2014 Paleo Challenge
Starts Monday January 13th
It’s that Time of Year again!
We made it through the Holidays. Some of us were well behaved but some of us may have over indulged!
Now is the perfect time to start our 30-day Paleo Challenge! Our challenge is 30 days of strict Paleo, think of it as a Detox or a Cleanse for your body. We will cut out all processed foods, sugars, gluten and grains, dairy and alcohol. We understand that some people love their yogurt or cheese or wine but this a CHALLENGE, it is designed to detox your body and then see how you feel and perform when you do not have these things in your diet. You will be surprised how much better you feel, sleep and perform once you have eliminated these processed foods from your diet.
Some common questions usually are : Can I have protein shakes, coffee, tea, honey, or other sweeteners? The answer is YES to these items but you may only have one protein shake per day before or after your WOD and you may only have one serving of honey and/or one serving of Stevia as a sweetener per day. All other sweeteners are not allowed : splenda, equal, sweet n low and sugar and NO’s. Protien bars are not allowed because they are not all natural foods BUT you are allowed the Paleo Naturals 100% All-natural and Paleo Protein bars, these bars are made of real food and have no fillers or chemicals, we will still limit these to once a day. While we are talking about Paleo Naturals I want to add that all of their products are obviously 100% ok. The Paleo Naturals soups and stews can be life savers in a bind and the “Un-granola” is a great snack to get you through that work day, the new “Pistachio Orange” is amazing!!! All the Paleo Naturals products can be found on their website, www.mypaleonaturals.com , if there is something we do not have in stock please feel free to ask and we will order it, we receive our orders on Mondays at CFD and Wednesdays at CFB.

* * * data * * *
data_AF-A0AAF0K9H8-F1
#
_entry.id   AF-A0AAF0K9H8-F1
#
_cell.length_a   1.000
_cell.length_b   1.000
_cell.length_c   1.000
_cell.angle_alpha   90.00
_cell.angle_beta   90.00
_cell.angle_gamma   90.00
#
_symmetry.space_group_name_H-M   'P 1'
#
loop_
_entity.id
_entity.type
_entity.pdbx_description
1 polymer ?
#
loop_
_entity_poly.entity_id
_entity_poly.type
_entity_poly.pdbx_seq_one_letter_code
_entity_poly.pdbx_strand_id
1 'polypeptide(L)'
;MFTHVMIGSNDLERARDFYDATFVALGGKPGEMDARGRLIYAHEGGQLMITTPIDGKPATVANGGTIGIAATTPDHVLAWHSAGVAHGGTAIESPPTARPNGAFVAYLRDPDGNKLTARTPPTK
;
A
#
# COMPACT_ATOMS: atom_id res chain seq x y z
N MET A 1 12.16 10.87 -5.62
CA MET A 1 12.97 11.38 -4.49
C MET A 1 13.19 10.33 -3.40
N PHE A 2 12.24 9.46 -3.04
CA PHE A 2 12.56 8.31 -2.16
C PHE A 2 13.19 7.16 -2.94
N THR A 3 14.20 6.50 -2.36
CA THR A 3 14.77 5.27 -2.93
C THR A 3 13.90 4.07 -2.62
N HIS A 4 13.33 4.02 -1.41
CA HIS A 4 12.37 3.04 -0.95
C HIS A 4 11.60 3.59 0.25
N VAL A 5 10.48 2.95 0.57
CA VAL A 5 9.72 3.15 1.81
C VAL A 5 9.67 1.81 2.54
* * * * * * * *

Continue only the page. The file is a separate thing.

Other commons foods that are asked about: beans, rice, oatmeal, potatoes, peanuts? OK, these are all NO’s. Why you ask, well, oatmeal and rice are grains and even though they do not always contain gluten (most oatmeal does) these grains have been overly processed in the U.S. and have been linked to causing bloating in the stomach and also spiking blood sugar which leads to over eating and weight gain. Beans and Peanuts are considered “legumes”, yes, a peanut is not a NUT, its a bean. These legumes have also been linked to inflammation in the intestines, which leads to poor absorption of the nutrients in our foods. Lastly, potatoes, the Paleo Diet describes these as starchy tubers, these starchy tubers are usually high glycemic which means they also spike our blood sugar, which leads to unstable energy levels and increased appetite, all things we do not want in our diet in order to maintain or lose weight. There is one EXCEPTION with potatoes: SWEET POTATOES and YAMS are allowed on our Paleo challenge. We allow these starchy tubers because the health benefits greatly out way any negative effects. Sweet potatoes and yams are low glycemic foods and do not spike our insulin, they also are high in vitamins and are helpful in recovery for athletes. Because we are all athletes then sweet potatoes are allowed. The best time to have a sweet potato is during your post workout meal, about 1-3 hours after your WOD. Our suggestion is that if you want to lose more weight then you can limit the intake of sweet potato to one small once a day. Other suggestions if your primary focus is to lose weight are to limit your Fruit and Nut intake to once a day as well. We believe that nuts should be used in the diet as a topping to salads, vegetables and other dishes but not as a primary snack, again if your focus is weight loss.